AFHSB Global Emerging Infections Surveillance (GEIS) section is coordinating efforts with DoD and interagency partners to ensure DoD network labs can globally support detection and characterization of COVID-19 cases. GEIS currently funds ongoing surveillance efforts of animal markets on the Vietnam-China border and provides laboratory support for detection of respiratory diseases throughout a global network.

GEIS has supported COVID-19 activities through coordination of guidance as well as reagent procurement and distribution of surveillance testing material across the Military Health System network.

As of March 5, the United States Army Medical Research Institute of Infectious Diseases (USAMRIID) had received and performed validation of surveillance reagents and observed no issues with performance.

Additionally, the reagents have been shipped to GEIS-supported laboratories including Naval Medical Research Units (NAMRU) in the Middle East, Southeast Asia, and South America; Armed Forces Research Institute of Medical Sciences (AFRIMS); U.S. Army Medical Research Directorate-Africa (including associated test sites in Uganda and Tanzania); USMRD – Georgia; Landstuhl Regional Medical Center (LRMC), U.S. Naval Health Research Center; and U.S. Air Force School of Aerospace Medicine. Currently, all GEIS-supported laboratories, with the exception of NAMRU-3 sites in Egypt and Jordan, have received the test kits and are ready to provide surveillance support as requested.

These tests are molecular-based, COVID-19 detection assays that enable sample analysis and results in 4-6 hours. In addition, optimized Next-Generation Sequencing (NGS) assays are evaluated by the GEIS NGS consortium partners and shared with partner laboratories when available. Through this support, GEIS-funded laboratories in Southeast Asia and across the network continue to provide information and analytical laboratory support to the geographic combatant commands and countries in their region.

“Testing kits specifically procured through U.S. Army Medical Research Institute of Infectious Diseases (USAMRIID) are intended for surveillance use in DoD laboratories. The primers and probes, and protocols, for the USAMRIID testing kits are the same as the CDC Emergency Use Authorization assay; however, DoD labs are only to use the testing kits for nonclinical/surveillance testing,” said Navy Cmdr. (Dr.) Mark Scheckelhoff, who leads the Respiratory Infections focus area for AFHSB's Global Emerging Infections Surveillance section.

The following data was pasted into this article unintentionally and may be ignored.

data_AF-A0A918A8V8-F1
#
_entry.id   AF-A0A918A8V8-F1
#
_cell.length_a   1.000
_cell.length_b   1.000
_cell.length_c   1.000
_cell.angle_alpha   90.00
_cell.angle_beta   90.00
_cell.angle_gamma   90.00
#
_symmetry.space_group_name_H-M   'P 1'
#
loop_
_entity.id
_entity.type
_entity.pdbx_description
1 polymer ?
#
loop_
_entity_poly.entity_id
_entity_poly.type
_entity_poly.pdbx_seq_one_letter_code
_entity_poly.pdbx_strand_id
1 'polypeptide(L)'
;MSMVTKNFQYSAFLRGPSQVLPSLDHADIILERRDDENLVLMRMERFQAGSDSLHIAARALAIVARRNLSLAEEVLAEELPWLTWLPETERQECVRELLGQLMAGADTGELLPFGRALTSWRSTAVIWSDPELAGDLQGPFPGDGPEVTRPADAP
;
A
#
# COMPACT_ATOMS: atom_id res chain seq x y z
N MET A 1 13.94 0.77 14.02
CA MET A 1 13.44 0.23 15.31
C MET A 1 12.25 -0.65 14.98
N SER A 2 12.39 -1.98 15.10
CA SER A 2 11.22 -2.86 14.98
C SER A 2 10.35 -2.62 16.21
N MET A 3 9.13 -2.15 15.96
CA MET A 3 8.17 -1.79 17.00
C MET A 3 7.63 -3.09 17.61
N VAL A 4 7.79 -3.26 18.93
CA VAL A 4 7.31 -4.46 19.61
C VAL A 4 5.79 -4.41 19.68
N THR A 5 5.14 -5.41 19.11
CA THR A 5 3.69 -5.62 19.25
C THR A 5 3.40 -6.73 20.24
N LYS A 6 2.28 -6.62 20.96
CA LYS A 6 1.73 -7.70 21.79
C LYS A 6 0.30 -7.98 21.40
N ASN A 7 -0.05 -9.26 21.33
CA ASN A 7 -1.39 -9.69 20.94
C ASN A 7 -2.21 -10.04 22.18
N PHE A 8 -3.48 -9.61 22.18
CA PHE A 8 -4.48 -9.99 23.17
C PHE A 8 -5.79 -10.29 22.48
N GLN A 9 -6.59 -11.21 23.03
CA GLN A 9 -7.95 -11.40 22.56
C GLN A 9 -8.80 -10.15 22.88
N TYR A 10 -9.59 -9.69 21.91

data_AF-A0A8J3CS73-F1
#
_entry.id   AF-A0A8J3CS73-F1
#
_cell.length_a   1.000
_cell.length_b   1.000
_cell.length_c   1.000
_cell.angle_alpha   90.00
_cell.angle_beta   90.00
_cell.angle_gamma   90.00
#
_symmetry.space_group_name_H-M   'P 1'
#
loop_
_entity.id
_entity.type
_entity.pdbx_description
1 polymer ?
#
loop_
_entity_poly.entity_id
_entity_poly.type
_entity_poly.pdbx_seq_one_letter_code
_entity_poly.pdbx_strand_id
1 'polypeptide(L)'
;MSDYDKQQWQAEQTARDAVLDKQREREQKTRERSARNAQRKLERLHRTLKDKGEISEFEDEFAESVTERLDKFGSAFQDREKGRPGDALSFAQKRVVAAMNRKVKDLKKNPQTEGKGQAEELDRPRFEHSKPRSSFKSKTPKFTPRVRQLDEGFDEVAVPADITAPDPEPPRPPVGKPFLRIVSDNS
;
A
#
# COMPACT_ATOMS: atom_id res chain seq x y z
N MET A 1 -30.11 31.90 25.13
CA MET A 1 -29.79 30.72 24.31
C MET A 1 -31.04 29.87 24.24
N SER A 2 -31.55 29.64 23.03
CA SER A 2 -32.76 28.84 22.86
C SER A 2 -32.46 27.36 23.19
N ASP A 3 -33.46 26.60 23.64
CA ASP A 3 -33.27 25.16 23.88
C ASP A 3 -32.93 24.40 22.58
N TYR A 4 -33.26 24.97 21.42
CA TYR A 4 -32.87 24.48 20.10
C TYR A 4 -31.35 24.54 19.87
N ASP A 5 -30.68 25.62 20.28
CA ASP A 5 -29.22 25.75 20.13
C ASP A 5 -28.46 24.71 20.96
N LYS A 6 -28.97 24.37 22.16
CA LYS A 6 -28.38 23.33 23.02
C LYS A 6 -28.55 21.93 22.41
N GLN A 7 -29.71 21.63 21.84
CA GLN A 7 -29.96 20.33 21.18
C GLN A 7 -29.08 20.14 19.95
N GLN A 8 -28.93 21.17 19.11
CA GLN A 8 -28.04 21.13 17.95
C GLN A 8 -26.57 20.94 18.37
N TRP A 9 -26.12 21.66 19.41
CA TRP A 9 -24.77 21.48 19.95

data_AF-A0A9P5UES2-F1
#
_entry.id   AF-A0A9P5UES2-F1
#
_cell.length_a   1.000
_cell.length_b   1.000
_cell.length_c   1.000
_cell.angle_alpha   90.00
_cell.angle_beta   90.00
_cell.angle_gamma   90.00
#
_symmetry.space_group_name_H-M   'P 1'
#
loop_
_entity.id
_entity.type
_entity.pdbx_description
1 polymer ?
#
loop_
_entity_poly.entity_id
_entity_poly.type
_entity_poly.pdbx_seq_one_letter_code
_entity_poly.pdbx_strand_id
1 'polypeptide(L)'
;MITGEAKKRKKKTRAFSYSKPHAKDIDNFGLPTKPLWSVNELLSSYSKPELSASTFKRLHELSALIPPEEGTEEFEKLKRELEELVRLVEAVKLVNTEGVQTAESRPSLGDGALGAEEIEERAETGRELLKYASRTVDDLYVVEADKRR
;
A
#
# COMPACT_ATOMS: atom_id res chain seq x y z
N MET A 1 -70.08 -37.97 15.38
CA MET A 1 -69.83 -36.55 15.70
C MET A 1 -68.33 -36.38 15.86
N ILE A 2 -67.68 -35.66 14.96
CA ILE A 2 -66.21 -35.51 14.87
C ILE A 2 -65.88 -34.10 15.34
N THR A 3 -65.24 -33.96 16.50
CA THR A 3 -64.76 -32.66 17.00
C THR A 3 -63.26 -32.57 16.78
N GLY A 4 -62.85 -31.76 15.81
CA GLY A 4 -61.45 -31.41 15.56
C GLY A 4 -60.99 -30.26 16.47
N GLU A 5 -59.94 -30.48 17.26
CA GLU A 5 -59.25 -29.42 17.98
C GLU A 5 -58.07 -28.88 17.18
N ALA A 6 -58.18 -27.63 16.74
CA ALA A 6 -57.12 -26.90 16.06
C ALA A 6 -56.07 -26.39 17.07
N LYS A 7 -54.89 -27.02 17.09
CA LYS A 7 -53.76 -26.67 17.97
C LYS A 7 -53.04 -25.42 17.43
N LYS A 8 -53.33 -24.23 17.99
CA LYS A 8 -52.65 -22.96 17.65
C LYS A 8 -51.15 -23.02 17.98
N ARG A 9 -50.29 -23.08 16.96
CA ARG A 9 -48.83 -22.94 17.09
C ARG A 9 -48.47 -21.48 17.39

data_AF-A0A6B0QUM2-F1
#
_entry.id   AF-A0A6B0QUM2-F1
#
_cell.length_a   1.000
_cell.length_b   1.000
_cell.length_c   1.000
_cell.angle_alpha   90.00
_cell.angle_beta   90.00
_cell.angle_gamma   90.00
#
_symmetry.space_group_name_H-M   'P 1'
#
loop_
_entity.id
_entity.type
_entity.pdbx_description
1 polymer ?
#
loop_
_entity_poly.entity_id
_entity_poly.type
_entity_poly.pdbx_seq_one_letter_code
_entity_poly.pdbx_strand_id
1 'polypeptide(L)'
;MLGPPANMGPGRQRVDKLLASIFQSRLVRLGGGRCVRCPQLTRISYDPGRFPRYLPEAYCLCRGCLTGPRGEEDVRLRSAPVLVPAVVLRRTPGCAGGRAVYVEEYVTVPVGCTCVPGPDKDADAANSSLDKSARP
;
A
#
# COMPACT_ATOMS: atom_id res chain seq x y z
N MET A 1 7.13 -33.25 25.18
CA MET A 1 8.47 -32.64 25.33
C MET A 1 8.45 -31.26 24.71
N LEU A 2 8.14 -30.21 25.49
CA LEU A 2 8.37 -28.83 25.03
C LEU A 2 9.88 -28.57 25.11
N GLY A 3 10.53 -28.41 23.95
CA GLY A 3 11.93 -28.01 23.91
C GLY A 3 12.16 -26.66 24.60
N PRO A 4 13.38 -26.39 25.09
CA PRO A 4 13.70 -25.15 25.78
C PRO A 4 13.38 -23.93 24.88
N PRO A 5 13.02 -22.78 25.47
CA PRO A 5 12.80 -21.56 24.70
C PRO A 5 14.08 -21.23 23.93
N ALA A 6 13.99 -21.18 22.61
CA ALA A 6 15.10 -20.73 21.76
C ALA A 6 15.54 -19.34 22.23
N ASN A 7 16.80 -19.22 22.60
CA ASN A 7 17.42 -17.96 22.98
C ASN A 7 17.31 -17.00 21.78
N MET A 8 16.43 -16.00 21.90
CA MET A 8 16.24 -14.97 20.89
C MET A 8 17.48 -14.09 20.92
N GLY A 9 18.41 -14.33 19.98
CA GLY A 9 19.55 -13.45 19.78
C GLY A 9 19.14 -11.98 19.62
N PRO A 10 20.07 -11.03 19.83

International Health Surveillance 

Along with research, AFHSB concluded a NATO health surveillance collaboration meeting with international force health protection leaders March 11 at AFHSB headquarters in Silver Spring, Maryland.

“We recognize that there is a lack of robust information sharing for military partners in NATO,” said O. Sean Friendly, AFHSB’s chief of operations and administration. “Through this ‘Smart Defense’ process, we are trying to close that gap with a shared health surveillance.”

The purpose of the two-part meetings was to develop a concept for a shared international mapping capability, similar to that of DoD’s Health Surveillance Explorer.

“If this capability were already in place, we would be able to see how this recent health outbreak of COVID-19 is impacting the movement of military troops in our NATO partnership,” said Friendly. “An international map would allow us to see how public health outbreaks impact the movement, mission, and ability of our troops to be healthy.”